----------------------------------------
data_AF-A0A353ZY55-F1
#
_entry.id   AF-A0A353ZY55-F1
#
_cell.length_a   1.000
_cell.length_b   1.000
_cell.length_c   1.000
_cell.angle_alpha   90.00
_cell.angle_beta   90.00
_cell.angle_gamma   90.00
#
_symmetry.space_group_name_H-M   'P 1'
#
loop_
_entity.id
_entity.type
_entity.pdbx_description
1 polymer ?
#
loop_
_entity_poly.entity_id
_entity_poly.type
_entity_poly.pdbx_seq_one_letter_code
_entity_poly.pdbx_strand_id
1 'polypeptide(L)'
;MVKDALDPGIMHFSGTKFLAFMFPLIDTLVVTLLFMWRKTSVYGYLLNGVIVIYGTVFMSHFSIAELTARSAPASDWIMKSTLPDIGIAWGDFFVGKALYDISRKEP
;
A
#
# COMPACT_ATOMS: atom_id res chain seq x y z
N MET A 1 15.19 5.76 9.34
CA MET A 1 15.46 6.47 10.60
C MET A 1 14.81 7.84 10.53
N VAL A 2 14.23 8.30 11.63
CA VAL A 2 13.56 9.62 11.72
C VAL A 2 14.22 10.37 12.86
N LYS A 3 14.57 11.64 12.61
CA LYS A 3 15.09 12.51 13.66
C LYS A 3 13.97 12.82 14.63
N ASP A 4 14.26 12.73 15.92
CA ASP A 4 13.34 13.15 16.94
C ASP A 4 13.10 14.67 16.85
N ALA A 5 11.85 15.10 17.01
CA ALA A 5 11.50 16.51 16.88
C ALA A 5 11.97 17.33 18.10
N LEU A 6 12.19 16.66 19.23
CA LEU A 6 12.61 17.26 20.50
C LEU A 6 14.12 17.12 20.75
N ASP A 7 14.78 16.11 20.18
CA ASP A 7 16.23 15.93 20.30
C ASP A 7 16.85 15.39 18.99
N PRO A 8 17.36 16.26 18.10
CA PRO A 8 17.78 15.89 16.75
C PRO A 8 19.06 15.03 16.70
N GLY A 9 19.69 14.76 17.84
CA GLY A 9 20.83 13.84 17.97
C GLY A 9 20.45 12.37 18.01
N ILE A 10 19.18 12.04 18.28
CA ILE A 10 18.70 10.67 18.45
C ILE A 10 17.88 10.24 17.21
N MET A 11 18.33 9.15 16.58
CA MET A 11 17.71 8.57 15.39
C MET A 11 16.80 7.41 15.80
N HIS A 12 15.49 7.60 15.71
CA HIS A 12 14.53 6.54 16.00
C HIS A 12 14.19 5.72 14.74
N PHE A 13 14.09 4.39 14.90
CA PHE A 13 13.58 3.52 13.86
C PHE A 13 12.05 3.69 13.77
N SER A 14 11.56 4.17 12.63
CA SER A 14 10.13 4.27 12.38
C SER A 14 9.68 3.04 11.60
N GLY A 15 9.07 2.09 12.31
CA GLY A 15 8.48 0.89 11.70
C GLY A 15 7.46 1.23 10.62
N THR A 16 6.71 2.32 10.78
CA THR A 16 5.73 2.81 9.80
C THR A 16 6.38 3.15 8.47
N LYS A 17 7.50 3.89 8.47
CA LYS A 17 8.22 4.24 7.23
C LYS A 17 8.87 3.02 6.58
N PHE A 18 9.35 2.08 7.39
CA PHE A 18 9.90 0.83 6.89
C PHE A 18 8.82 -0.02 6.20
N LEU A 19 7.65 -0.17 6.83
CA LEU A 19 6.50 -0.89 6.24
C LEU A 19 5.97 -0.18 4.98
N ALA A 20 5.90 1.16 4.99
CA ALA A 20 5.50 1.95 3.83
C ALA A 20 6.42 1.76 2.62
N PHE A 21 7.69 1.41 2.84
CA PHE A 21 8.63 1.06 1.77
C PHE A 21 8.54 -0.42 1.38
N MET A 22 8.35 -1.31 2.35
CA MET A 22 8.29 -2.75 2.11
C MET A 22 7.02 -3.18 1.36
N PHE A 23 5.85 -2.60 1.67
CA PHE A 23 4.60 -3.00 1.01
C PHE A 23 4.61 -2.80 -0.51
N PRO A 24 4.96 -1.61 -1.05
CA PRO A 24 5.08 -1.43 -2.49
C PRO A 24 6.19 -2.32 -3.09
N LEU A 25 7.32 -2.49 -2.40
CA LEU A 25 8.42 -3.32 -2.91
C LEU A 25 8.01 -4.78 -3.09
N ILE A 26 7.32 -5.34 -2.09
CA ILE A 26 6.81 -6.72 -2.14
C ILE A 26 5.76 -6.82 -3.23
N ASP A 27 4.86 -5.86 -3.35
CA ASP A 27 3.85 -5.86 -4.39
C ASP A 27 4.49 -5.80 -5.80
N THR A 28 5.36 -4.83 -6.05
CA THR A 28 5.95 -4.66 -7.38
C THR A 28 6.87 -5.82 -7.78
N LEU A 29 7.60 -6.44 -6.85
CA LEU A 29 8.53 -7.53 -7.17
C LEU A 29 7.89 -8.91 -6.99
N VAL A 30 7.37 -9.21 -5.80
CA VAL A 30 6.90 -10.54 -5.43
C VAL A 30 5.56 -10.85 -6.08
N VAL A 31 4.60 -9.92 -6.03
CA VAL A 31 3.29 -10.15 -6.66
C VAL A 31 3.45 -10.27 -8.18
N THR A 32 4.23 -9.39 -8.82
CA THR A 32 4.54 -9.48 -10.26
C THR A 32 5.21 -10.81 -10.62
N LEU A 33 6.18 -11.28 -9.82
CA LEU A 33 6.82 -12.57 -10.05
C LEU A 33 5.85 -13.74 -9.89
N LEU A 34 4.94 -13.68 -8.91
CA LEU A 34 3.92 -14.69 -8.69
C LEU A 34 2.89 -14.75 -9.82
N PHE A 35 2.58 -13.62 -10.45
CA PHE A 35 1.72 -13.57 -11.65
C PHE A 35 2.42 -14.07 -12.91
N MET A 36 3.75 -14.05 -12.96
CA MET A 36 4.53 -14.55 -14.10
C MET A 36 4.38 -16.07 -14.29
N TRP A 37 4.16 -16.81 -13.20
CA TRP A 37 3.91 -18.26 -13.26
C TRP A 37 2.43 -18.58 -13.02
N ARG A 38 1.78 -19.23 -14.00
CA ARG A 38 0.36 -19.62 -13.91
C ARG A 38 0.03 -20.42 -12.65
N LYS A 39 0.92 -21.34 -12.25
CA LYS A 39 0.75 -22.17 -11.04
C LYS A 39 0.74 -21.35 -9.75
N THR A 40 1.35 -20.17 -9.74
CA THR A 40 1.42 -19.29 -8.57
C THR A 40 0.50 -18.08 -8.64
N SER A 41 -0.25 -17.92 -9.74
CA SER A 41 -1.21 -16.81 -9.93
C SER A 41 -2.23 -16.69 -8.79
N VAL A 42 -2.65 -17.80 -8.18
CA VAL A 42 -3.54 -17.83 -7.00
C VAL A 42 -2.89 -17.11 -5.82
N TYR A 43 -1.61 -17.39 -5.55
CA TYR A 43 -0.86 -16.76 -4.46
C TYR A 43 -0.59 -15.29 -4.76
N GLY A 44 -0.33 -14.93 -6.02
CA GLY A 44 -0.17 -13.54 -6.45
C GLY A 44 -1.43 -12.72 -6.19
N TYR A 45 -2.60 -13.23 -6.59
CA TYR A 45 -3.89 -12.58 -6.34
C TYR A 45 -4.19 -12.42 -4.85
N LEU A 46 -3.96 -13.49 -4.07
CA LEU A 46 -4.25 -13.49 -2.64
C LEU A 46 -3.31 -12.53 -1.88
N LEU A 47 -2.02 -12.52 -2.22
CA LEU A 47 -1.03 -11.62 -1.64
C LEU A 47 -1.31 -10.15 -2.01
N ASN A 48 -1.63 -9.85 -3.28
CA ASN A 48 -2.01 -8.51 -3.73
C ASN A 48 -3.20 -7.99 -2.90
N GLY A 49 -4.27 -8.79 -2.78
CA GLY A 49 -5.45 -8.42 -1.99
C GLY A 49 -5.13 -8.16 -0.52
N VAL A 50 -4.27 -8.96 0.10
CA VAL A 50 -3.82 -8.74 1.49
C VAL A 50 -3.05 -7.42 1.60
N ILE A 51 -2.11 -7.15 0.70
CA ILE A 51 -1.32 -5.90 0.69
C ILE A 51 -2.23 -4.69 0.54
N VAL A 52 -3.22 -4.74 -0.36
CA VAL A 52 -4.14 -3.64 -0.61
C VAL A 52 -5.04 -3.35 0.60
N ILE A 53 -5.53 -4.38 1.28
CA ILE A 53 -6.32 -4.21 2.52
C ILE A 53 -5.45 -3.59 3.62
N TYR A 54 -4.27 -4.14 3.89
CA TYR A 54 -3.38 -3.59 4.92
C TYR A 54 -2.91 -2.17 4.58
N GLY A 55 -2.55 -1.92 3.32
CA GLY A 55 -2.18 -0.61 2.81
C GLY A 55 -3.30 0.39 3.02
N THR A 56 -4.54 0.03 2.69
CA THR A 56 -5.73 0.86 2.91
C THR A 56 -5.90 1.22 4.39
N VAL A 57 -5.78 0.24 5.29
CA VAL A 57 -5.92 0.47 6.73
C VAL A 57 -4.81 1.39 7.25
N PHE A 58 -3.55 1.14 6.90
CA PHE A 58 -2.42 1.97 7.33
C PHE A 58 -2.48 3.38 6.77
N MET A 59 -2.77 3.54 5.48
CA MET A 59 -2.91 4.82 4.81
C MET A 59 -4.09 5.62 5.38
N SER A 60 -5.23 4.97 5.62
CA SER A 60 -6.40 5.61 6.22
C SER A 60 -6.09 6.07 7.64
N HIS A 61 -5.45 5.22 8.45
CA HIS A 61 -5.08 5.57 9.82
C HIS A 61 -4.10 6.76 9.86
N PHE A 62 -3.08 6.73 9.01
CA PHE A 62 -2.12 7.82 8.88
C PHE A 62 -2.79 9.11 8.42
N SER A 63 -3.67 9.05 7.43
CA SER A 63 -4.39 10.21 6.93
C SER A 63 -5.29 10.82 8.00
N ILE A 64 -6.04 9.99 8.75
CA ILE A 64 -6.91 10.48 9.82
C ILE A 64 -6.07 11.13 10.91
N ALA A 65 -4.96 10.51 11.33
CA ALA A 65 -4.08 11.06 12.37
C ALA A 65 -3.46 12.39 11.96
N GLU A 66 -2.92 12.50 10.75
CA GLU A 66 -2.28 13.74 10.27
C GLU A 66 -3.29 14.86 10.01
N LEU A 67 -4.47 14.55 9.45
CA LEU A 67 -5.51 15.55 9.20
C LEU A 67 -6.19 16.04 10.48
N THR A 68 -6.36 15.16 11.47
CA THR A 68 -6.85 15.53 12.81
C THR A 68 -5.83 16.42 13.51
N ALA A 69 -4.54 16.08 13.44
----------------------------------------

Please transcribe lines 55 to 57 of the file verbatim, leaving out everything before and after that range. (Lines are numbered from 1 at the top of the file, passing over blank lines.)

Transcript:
N GLY A 9 19.69 14.76 17.84
CA GLY A 9 20.83 13.84 17.97
C GLY A 9 20.45 12.37 18.01